Watch out for this common startup trap
In this lecture, Richard Caro talks about why so many promising early stage technology development projects get trapped in the Valley of Death.
The focus is on:
- how to avoid this trap, and
- how to escape from the Valley of Death if you fall into it.
View and Listen to the Lecture: Avoid the Valley of Death
This is a live recording (including slides) of a lecture given in April, 2008 to an audience of entrepreneurs in Melbourne, Australia, organized by the Small Technologies Cluster. Most of the principles in this lecture are still extremely relevant today.
All too often, promising technology development projects languish for years in limbo after they move beyond the initial research stage. There is even a name for this: the Valley of Death, which projects need to cross before attracting startup funding, or development partners. These projects are too far along to get funding from “research” sources, but are unable to negotiate partnership or licensing arrangements with large companies, or attract investors, because they are perceived as “too early”.
Some believe that the Valley of Death is an unavoidable feature of the landscape, or that it exists because of flaws in the way investors think. We think of it as more analogous to a sand trap in golf. It certainly exists, and falling into it is bad. However it can be avoided all together with careful planning and good execution. Even if you fall into it, you can get out if you know how.
To cross the Valley of Death one must “bridge” two cultures. Moving a technology project past the Valley of Death is at its heart about building a bridge between two very different world views. A project languishes in the Valley of Death when this bridge is not in place.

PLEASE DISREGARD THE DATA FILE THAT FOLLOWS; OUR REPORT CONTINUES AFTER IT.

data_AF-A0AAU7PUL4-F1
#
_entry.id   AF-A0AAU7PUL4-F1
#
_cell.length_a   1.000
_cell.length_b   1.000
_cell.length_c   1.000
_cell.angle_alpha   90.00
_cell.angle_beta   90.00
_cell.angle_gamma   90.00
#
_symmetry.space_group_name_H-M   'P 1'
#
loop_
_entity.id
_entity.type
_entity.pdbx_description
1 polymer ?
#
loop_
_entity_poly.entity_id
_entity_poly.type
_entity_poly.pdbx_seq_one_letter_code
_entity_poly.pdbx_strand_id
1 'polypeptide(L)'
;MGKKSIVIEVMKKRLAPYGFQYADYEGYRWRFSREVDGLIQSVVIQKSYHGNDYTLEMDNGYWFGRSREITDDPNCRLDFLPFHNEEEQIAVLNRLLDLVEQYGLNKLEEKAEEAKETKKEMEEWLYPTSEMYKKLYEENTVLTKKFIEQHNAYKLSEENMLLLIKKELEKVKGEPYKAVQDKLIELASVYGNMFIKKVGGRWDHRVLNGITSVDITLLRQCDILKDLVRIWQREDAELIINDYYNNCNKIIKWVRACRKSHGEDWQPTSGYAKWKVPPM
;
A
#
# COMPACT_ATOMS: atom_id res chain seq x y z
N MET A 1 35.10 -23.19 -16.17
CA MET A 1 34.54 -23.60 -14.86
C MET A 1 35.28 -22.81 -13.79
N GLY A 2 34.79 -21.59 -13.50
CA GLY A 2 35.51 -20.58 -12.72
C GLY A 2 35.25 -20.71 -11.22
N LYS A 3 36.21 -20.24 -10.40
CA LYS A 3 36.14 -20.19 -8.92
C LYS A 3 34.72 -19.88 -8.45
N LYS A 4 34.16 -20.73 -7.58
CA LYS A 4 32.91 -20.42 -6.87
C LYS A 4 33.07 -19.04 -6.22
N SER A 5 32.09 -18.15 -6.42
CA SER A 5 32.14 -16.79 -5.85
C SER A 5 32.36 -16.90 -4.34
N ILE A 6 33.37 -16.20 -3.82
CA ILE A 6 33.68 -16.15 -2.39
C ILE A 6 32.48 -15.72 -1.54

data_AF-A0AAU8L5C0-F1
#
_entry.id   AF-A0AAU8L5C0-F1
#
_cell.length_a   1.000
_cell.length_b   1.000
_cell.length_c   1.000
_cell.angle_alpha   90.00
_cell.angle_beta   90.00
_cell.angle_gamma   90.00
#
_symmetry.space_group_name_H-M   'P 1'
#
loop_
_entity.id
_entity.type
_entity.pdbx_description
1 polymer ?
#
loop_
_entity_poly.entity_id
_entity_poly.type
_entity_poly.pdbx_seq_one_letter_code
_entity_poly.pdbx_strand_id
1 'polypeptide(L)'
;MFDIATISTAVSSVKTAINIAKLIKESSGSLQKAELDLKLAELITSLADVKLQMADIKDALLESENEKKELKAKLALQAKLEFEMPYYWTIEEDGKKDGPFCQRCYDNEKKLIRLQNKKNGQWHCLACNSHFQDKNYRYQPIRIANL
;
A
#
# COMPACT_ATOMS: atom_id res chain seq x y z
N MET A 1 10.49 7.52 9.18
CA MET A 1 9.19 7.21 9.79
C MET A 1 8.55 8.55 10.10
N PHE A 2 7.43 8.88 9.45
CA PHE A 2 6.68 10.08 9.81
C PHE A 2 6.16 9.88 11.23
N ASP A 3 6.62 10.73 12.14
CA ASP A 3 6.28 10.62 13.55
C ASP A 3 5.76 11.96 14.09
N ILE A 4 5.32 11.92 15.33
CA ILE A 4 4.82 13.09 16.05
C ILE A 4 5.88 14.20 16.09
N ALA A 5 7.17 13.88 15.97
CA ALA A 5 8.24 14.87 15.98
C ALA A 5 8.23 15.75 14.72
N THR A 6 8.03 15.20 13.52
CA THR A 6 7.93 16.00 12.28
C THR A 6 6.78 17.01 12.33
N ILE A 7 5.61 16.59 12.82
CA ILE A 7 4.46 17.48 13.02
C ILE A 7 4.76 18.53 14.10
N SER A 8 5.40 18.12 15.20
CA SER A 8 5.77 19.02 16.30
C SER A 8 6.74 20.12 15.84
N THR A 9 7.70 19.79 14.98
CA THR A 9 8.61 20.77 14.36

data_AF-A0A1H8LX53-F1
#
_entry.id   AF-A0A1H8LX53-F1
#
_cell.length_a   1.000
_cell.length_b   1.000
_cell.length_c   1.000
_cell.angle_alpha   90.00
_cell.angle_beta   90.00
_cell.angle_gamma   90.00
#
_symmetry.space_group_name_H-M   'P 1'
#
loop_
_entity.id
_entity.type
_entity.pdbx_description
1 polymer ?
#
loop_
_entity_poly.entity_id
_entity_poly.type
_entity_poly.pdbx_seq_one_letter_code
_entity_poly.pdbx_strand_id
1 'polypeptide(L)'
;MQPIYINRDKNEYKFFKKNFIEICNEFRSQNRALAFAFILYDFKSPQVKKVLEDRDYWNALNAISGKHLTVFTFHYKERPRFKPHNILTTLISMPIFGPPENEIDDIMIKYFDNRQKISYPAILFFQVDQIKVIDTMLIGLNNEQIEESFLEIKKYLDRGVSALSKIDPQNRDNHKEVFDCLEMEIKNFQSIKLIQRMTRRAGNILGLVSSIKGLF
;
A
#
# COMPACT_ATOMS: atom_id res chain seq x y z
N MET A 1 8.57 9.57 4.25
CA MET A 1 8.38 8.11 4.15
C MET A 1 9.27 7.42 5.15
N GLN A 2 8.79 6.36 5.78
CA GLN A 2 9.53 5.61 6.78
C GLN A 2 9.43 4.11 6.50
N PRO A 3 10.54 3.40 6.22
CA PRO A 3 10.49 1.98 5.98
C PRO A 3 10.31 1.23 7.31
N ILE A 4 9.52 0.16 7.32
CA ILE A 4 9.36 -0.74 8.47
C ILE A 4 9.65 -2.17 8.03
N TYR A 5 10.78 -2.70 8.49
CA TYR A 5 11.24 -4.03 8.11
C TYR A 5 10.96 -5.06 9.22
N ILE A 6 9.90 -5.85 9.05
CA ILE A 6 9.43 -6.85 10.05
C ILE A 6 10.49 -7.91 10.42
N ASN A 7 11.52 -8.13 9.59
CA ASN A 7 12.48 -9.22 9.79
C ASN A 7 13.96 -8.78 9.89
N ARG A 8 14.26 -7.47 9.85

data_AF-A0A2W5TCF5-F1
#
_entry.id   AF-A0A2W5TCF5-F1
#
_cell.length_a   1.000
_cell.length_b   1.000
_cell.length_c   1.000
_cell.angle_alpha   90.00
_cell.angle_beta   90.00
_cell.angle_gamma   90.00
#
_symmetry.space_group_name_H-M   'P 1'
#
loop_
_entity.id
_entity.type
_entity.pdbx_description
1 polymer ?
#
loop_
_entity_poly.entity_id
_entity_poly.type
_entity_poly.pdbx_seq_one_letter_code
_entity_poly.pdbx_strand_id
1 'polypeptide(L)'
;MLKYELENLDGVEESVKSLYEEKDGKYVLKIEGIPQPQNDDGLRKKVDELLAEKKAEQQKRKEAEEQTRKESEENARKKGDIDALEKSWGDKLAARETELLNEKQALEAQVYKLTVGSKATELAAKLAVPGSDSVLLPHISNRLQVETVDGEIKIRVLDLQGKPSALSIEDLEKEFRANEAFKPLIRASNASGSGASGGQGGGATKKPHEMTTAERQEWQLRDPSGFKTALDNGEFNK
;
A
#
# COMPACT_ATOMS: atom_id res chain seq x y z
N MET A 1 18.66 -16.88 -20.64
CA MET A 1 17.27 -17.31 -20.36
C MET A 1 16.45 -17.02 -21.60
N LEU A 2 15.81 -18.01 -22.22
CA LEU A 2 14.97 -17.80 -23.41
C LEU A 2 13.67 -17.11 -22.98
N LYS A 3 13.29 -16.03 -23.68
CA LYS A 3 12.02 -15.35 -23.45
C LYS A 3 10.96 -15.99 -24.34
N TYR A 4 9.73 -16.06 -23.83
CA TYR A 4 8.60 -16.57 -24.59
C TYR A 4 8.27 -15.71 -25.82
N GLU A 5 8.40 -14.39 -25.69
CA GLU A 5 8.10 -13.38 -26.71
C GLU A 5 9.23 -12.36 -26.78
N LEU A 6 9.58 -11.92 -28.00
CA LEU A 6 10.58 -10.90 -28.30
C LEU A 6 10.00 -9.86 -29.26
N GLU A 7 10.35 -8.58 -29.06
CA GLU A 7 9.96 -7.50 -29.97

On one side are the technologists who developed the project to the point where it appears “promising”, and with “commercial potential”. Frequently they see the objective as commercializing the technology.
On the other side are managers within companies that are potential development partners or licensees, and investors who might wish to invest in the future of the project. For this group, the objective is to build a business, and realize an investment return.
Describe the business
The bridge between these two world views is a clearly articulated description of the business that can be created if the project moves forward. It should include answers to questions like the following.
- What product will the business sell?
- Who will the customers be?
- Why will they want the product?
- What are the competitors doing?
- How will the core technology give us a sustainable competitive advantage?
Creating the “bridge” is often neglected
We frequently see projects, or new ventures, where the team trying to commercialize the technology has not articulated the potential business in all its details. Sometimes they don’t feel the need to do this, thinking that it is really the “partner’s” job. Sometimes they just do not know how. And sometimes, they simply lack bandwidth to think through the myriad of complex issues that need to be resolved.
On the other hand, potential partners and investors rarely see it as their job to figure out what the business is going to look like, and their response is often “Hm, … looks interesting…. but it’s too early”. Meaning, “the technology looks interesting, but until we understand what the business would look like we can’t decide whether or not it sounds like an attractive business proposition”.
Want your own copy of “Avoid the Valley of Death”?
This lecture is also available on DVD (for “lean back” viewing).